Sportations connects amateur adrenaline jockeys to certified professional adventurers, drawing from a nationwide network of aeronauts and speed demons to introduce habitual pedestrians to the wonders of skydiving, ballooning, hang gliding, and stock-car racing. Thrill seekers can zipline across a forest canopy, hollering like Tarzan or taunting nearby birds until they agree to race. Helicopter tours ferry patrons skyward over landmarks and cityscapes, whereas paragliding adventures get up close and personal with blue skies and clouds. For most sports, Sportations accommodates groups of any size, from physics classes empirically proving gravity's existence to solo ballooning supervillains declaring dominion over all they see.
When Tasia Malakasis walked into a gourmet food shop in New York City, she unexpectedly found herself face to face with her future. It was cheese?specifically, Belle Chevre, a French-style goat cheese made by hand in her home state of Alabama. It wasn't long before she was journeying down south to study the art of cheese-making. She became a genuine protege, and eventually, when the company's owner retired, she took over. Since 1989, the company has racked up numerous awards and accolades for its fine cheese, which include a pimento chevre, a Montrachet-style goat cheese, and a mint julep-inspired Southen Belle goat cheese. Their rustic creamery, housed in the old town cotton warehouse, offers both guided and self-guided tours, samples at the tasting bar, and a chance to meet the goats that help make the cheese by wrapping it up with their dexterous hooves.
In the early 20th century, Tate Farms was a social hub for sharecroppers, who congregated at farmer John Patterson's general store, blacksmith shop, and gristmill. More than 200 harvests later, John Patterson's grandson, Homer Tate's descendants continue to uphold the farm’s legacy as a community gathering spot. However, instead of waiting for a new batch of horseshoes or gossiping about which neighbor might be a spy for the Kaiser, people now come to pick from 90 varieties of pumpkins on the 70-acre pumpkin patch. Leading visitors across the wider 5,000-acre fields, tour guides not only illuminate the farm’s history but teach visitors rural-agriculture info, including lessons on the role bees play in pollinating pumpkins and cotton.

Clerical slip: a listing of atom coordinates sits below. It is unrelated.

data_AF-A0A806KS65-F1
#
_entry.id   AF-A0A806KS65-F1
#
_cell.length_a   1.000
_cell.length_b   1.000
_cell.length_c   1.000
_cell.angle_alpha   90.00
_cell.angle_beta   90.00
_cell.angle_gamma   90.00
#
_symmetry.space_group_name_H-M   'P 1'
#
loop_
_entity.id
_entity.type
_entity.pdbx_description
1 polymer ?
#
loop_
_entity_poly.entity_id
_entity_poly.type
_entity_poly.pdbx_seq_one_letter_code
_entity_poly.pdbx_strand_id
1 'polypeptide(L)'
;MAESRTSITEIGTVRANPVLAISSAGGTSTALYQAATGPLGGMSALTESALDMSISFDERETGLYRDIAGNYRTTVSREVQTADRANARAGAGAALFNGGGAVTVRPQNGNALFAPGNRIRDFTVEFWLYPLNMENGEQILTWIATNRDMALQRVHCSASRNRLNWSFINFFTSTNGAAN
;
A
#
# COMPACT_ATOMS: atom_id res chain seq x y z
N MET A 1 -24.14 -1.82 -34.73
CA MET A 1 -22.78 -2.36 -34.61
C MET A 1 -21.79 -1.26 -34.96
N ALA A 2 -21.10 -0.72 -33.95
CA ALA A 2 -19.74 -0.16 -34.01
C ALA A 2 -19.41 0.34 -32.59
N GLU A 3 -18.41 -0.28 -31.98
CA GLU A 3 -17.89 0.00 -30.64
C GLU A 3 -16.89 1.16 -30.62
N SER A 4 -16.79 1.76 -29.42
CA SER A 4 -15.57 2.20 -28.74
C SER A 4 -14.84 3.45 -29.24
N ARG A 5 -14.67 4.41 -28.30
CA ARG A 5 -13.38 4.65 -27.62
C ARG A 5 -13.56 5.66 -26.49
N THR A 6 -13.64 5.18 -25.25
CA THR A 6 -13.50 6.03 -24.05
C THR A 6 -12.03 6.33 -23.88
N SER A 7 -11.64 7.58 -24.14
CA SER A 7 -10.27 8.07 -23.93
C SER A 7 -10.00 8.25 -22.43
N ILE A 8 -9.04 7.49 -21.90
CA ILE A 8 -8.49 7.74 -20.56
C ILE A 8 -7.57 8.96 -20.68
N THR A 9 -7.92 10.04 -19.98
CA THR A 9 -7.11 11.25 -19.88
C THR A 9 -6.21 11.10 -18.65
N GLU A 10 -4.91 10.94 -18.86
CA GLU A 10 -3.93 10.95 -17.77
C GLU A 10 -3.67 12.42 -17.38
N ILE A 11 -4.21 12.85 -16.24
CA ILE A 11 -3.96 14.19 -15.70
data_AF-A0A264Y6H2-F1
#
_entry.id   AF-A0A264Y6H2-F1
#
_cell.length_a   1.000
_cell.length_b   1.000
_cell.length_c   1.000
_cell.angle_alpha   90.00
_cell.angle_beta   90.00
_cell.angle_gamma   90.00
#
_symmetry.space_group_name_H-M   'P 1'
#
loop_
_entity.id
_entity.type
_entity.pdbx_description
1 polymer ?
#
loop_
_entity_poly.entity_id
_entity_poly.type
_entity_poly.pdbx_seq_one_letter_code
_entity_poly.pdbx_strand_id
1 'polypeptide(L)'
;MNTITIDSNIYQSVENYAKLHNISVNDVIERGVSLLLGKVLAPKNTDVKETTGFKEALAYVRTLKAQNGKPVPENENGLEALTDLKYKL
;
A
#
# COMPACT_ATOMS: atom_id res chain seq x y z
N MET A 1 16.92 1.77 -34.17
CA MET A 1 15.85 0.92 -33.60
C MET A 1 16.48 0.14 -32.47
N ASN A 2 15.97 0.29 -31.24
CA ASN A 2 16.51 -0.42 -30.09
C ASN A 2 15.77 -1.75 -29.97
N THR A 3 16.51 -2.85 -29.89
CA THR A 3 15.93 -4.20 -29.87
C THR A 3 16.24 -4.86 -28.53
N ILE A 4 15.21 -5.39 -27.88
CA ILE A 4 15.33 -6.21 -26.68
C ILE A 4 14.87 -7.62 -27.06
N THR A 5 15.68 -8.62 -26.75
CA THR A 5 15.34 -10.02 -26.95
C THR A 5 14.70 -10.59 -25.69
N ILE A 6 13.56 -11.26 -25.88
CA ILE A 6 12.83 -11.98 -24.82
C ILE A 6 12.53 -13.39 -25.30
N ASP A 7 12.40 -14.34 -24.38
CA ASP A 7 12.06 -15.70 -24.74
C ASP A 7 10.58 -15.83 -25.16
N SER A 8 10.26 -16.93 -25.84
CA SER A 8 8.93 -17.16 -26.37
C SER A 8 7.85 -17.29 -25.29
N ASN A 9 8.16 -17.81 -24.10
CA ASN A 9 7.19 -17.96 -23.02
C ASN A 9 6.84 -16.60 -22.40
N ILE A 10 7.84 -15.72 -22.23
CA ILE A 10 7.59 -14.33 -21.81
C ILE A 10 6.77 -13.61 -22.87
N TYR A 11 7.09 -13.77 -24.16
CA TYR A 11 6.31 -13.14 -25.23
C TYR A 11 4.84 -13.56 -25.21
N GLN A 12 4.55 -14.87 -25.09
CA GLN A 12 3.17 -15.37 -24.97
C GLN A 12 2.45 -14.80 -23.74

Though the Tate family strives to preserve the past, they have retrofitted the farm with a brand new 14,000-square-foot covered area. Here, visitors sample fresh pumpkin pie made with the farm’s own pumpkins at the Country Café or head to the bakery for fresh pumpkin muffins and cinnamon rolls.
The idyllic landscape of the Tennessee River Valley gradually unfurls beneath passengers as their hot air balloon slowly drifts higher and higher, cresting the treetops and soaring up into the sky's blue expanse. Fly High Balloons provides this majestic experience for visitors seeking anything from a romantic trip through the clouds to a sightseeing excursion with a bird's-eye view of the surrounding area. Flights depart at sunrise as well as two hours before sunset assuming that the weather conditions are tolerable, and each outing usually consists of 60?90 minutes of time in the air.
Corn stalks rustle mysteriously around guests as they tiptoe warily through Stalk!, Deadwood Hollow’s haunted corn maze, setting an ominous scene straight out of a horror film. As an oscillating spotlight sends its rays sweeping across the 4.2-acre cornfield, casting angular shadows on the ground, a procession of dark-eyed, blood-splattered zombies pursues passersby in an effort to dine on their gray matter or read position papers on the unflattering ways in which their brethren are portrayed in popular culture.
This demon-possessed setting is complemented by Deadwood Hollow’s Haunted Trail, a spine-tingling path through the woods. As guests creep further into the ever-darkening forest, they’re greeted by the ghastly symptoms of a coming apocalypse, presenting them with a landscape more psychologically fearsome than a Rorschach test conducted by Dr. Frankenstein.